The necessity of kind roommates

Most of you probably know the beauty of having a clean, organized and most importantly considerate roommate.  I, however, was not so fortunate—two years in a row!  During my RAT year, I was living with a mediocre roommate.  He provided the futon, and I provided the TV, but that was pretty much the only agreement that we were able to settle upon.

Our sleep schedules conflicted frequently. Most of the time he would interrupt my schedule with his multiple bed buddies.  Luckily, once he pledged, he only slept in the room about three times a week, which was certainly a plus on my end.

By the time my RAT year ended, we were able to tolerate each other, but neither of us really planned to acknowledge each other’s existence anymore.

The real fun began when I choose to room with three of my newly acquired friends.  I would have been able to say three of my newly acquired fraternal brothers; however, the third roommate did not make it to the end of the process due to difficulties.

Thus began a year of this particular roommate simply being very unmindful.  He opted to make a proverbial nest in the living room, claiming the entire kitchen table and one of the two arm chairs, leaving the rest of us with the couch, a chair, and the coffee table for meals and company.

Now, that does not sound too bad, until you try cooking.  I quickly realized that my only counter space was literally a three foot square . The only available space was the coffee table, which was incredibly impractical for use as a kitchen table, crouching over whatever meal you have.

The most annoying fact was that my roommates and I did confront him about our issues.  He would either comply for about three days or simply refuse.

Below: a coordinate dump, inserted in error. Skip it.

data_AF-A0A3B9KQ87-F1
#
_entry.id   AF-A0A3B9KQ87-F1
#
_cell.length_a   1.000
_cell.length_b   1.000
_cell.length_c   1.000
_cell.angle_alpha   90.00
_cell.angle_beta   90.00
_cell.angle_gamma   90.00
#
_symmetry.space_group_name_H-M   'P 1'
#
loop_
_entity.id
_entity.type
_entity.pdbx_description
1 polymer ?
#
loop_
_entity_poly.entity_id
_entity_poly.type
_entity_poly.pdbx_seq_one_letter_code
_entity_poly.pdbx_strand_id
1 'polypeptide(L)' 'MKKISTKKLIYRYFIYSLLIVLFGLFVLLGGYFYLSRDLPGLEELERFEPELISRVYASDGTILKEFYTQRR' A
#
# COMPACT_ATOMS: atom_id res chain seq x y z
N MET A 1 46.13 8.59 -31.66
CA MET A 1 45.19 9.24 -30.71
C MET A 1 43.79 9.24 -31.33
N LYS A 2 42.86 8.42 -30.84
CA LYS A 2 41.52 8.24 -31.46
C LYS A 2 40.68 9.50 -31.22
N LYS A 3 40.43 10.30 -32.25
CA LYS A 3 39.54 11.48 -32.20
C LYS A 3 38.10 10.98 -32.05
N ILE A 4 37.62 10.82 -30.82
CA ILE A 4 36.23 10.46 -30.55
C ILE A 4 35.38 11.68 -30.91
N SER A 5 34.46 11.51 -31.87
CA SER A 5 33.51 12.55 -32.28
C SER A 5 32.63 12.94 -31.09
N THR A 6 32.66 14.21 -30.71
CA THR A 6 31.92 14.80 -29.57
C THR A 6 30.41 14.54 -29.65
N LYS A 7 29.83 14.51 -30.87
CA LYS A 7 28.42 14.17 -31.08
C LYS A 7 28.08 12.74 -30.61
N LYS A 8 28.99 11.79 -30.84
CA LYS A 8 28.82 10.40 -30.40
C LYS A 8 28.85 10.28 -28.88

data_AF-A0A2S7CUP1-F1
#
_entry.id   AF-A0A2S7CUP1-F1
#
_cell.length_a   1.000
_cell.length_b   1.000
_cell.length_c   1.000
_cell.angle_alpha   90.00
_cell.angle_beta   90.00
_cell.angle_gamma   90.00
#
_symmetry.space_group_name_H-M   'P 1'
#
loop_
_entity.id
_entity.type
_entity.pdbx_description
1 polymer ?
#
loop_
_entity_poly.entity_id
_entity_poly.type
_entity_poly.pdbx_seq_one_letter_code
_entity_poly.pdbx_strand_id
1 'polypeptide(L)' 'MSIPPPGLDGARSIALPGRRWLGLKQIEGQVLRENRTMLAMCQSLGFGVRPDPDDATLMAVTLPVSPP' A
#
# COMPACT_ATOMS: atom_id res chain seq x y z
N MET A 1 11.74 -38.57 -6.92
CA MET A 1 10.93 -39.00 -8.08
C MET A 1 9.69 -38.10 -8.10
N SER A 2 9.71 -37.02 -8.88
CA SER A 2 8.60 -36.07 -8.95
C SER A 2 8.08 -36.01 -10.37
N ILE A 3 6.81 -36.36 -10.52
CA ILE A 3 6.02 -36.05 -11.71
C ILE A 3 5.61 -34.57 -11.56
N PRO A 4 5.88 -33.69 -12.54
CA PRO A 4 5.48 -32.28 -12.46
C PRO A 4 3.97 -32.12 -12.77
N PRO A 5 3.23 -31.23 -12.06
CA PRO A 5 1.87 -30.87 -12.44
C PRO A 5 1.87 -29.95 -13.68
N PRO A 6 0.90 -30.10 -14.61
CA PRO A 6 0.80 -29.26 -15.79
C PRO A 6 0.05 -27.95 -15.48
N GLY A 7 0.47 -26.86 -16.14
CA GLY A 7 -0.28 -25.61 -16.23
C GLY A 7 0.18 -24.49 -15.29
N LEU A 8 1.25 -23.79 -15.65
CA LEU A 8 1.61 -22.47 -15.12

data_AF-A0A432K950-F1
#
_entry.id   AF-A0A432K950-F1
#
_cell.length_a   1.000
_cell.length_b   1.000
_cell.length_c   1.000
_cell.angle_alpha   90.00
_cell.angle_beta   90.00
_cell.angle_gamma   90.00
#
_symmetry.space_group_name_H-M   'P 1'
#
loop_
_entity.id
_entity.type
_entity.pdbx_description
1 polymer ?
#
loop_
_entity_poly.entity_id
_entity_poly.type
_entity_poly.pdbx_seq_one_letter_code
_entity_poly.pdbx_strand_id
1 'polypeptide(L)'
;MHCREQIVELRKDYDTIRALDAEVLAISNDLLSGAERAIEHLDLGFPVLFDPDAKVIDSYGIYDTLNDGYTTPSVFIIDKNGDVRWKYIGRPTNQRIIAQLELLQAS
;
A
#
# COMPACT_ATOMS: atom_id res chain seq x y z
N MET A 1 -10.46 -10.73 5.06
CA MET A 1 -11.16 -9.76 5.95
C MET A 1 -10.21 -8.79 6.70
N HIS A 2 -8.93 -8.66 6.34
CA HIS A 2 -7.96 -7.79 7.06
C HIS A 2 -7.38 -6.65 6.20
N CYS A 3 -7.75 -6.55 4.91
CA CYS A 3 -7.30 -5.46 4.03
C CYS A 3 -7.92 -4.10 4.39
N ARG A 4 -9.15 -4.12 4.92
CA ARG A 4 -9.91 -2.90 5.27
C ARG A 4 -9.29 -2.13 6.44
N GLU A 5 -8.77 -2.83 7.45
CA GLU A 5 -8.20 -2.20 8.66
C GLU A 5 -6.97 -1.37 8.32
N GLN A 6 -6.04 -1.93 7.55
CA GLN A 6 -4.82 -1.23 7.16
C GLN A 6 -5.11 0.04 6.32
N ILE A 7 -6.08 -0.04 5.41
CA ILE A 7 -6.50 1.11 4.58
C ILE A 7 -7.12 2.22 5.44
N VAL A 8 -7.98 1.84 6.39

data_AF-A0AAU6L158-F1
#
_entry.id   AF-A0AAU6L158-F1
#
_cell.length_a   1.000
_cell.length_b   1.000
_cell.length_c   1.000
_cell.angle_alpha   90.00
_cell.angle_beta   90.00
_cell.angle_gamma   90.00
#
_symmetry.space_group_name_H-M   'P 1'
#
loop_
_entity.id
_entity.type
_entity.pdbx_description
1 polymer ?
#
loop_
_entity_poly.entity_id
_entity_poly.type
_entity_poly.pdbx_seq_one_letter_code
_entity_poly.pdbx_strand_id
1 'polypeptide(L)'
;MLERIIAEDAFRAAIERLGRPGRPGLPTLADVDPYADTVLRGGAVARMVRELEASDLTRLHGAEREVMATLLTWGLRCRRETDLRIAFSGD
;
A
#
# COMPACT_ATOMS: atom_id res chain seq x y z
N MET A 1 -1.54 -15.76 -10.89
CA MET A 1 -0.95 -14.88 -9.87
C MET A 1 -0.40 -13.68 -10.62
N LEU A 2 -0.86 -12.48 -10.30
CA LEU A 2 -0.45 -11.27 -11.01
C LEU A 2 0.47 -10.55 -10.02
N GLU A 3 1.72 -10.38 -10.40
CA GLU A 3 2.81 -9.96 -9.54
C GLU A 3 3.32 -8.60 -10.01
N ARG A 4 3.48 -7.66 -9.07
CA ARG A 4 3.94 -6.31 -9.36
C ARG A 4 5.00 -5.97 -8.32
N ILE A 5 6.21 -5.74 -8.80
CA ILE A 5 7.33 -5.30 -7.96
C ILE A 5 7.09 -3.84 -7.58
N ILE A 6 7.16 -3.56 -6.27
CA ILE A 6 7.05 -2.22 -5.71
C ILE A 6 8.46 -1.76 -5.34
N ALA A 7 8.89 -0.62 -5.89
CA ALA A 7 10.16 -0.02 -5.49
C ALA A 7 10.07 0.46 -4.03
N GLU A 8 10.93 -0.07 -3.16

Luckily, after a full year of coping with such an annoyance, we were able to break the news that we were not going to room with him the next year due to all the issues mentioned.  Do not get me wrong, he was a great guy outside the room, but inside he never really cared about the sanity of his roommates.

This summer, I did the Oxford program ,where one of my roommates was lactose intolerant, with a strange infatuation of cheesy kabobs and ice cream.  He also had a lovely duck alarm that would go off at 6 a.m. every day, despite him not getting-up until 7:58 a.m. when we had to leave by 8.  Needless to say, his thoughtfulness was hard to find on more than one occasion. Not just that, but even after politely asking him to change his alarm, he would flip the script and become hostile, as if I had accused him of some treacherous horror.

This year has been much better, thankfully.  I am sure you all are thrilled to read that my new roommates are actually considerate.  One of my current roommates even came from the previous room I mentioned with the—for lack of a better word—slob.

The other two are both members of my RAT class and in the same fraternity too, giving us all the same common ground and a base understanding of how each other tick.

I certainly appreciate living in an environment where everything is clean and put away eventually.

I’m not trying to say you need to be obsessive about cleaning-up your belongings; rather, all I’m looking for is just the common courtesy we all deserve.